If you are taking dietary supplements to improve your nutrition or lose weight, you may be wondering, "Does the FDA certify dietary supplements?" The answer may surprise you. While the United States Food and Drug Administration (FDA) oversees the safety and quality of food products and pharmaceuticals, dietary supplements fall under a different category and are subject to separate regulations.
What Is a Dietary Supplement
With grocery store shelves lined with nutrition bars and fortified foods, it can sometimes be hard to know the difference between a food product and a dietary supplement. It is an important distinction. When you purchase a food product, you can feel confident it has passed inspection by the FDA Center for Food Safety and Applied Nutrition (CFSAN). This inspection agency works to ensure your food is safe and accurately labeled, but does not cover nutritional products.
The FDA identifies dietary supplements as products you take by mouth and that contain 'dietary ingredients.' It is the presence of added dietary ingredients, such as vitamins, minerals, or amino acids, that distinguish supplements from food products. If you are unsure if your chosen supplement, such as a diet bar, is considered a food or a supplement, look at the nutritional label. Ordinary foods are labeled with a 'Nutrition Facts' panel that outlines the nutrients in the food product, whereas supplements have a similar panel labeled "Supplement Facts."
Does the FDA Certify Dietary Supplements?
In short, no. Under the Dietary Supplement Health and Education Act of 1994, the FDA left product testing, labeling and regulation up to product manufacturers themselves. This act spelled out that supplements are to be treated separately from both pharmaceuticals, which must meet strict guidelines for safety and purity, and food products, which are regulated by the CFSAN.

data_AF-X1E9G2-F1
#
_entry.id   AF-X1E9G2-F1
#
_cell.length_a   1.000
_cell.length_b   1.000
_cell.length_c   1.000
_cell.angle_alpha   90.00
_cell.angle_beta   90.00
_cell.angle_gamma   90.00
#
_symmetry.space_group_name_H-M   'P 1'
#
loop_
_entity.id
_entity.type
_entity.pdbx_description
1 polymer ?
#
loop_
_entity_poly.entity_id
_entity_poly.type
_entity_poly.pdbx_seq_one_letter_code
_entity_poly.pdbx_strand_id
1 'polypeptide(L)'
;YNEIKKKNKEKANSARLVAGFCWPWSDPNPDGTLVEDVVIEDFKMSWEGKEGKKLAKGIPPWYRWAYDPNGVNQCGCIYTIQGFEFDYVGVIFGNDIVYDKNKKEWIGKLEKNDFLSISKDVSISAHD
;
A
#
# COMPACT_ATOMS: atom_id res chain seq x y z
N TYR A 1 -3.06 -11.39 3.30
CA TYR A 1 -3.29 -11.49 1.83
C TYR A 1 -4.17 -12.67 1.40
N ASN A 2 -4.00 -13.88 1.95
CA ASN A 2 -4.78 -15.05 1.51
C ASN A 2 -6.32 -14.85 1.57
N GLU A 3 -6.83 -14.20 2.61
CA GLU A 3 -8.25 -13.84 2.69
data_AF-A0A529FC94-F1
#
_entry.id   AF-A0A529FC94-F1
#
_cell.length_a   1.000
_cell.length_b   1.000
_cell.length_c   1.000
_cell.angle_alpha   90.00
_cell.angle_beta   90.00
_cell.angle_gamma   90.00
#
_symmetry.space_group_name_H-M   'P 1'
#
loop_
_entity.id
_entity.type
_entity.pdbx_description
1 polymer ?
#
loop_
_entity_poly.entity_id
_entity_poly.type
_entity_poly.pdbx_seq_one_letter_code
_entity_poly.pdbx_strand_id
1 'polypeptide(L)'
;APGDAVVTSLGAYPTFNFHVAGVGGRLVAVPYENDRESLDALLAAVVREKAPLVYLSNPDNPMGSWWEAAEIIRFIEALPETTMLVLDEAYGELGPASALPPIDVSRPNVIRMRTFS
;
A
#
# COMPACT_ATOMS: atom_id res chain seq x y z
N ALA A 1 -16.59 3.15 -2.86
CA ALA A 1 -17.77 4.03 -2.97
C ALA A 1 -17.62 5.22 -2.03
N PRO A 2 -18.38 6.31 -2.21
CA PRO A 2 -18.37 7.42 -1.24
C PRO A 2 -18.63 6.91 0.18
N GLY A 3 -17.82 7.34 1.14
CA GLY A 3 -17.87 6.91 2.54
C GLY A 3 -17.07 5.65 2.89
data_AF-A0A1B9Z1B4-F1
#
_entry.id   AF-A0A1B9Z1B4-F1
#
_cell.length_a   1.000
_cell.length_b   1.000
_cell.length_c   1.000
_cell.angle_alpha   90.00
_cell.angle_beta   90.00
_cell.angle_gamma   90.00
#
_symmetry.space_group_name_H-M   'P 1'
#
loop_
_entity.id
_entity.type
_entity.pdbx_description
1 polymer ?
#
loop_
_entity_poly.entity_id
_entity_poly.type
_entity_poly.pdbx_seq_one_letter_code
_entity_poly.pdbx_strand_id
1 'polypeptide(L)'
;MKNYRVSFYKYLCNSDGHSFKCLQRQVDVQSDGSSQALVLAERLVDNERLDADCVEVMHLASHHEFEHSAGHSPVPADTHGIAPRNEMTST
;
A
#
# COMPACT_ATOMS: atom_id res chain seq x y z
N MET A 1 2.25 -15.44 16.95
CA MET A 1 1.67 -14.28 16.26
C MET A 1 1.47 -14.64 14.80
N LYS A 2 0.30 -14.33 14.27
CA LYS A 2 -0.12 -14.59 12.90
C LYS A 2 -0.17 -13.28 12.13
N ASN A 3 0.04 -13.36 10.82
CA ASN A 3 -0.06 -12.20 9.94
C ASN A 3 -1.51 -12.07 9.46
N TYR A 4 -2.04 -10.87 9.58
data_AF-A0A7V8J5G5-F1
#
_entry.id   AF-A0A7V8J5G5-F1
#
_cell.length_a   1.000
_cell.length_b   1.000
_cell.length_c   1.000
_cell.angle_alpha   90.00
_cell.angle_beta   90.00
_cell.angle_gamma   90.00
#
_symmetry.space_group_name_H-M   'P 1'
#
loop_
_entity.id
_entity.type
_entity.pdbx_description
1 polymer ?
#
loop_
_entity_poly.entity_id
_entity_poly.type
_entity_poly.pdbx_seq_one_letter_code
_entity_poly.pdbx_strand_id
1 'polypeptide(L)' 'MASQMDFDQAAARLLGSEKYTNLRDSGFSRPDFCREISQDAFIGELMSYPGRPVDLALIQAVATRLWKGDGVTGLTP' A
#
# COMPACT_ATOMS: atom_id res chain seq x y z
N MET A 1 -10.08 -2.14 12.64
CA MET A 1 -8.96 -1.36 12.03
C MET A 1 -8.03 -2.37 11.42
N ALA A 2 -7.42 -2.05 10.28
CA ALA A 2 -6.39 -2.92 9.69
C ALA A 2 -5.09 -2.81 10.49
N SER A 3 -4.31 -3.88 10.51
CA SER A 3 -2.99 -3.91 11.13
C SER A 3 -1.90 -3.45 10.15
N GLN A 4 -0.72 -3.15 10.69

This means supplement manufacturers have no obligation to submit to independent testing of product safety or labeling accuracy before a supplement hits the store shelves. Unless it comes to light that a supplement has been contaminated or is misleading, the FDA does not become involved with the production or marketing of dietary supplements.
In February 2010, Senator John McCain introduced the Dietary Supplement Safety Act of 2010. Under this act, the FDA would have had more power to control and regulate the production, marketing and sales of dietary supplements. After widespread opposition, the act was quickly withdrawn, as consumers and manufacturers made clear they wanted less regulation on dietary supplements, not more.
Ensuring Product Safety
So what is a consumer to do? If you want to be sure the dietary supplement you are taking is safe and accurately represented, you do have options. You can begin by buying brands you are familiar with from known and trusted sources. Additionally, you can look for independent, third-party certification of safety and purity on your dietary supplements. Some reputable organizations include:
- NSF International: An internationally recognized, independent, not-for-profit organization. The NSF certification program certifies the product meets label claims, does not contain other products not identified on the label, and is free of contaminants.
- USP Certification: The United States Pharmacopeia certifies the purity, quality and potency of nutritional products.
- NPA Certification: The Nutritional Products Association is the largest and oldest non-profit organization of its kind, and offers a wide selection of quality assurance programs for dietary supplements.
You are wise to ask "Does the FDA certify dietary supplements?" because it is important to feel confident in the safety of your dietary products. Impartial third-party certification is your assurance that your chosen diet product is safe and accurately identified. If you cannot find a product that carries a reputable certification label, ask your doctor or pharmacist to recommend an appropriate product for your needs.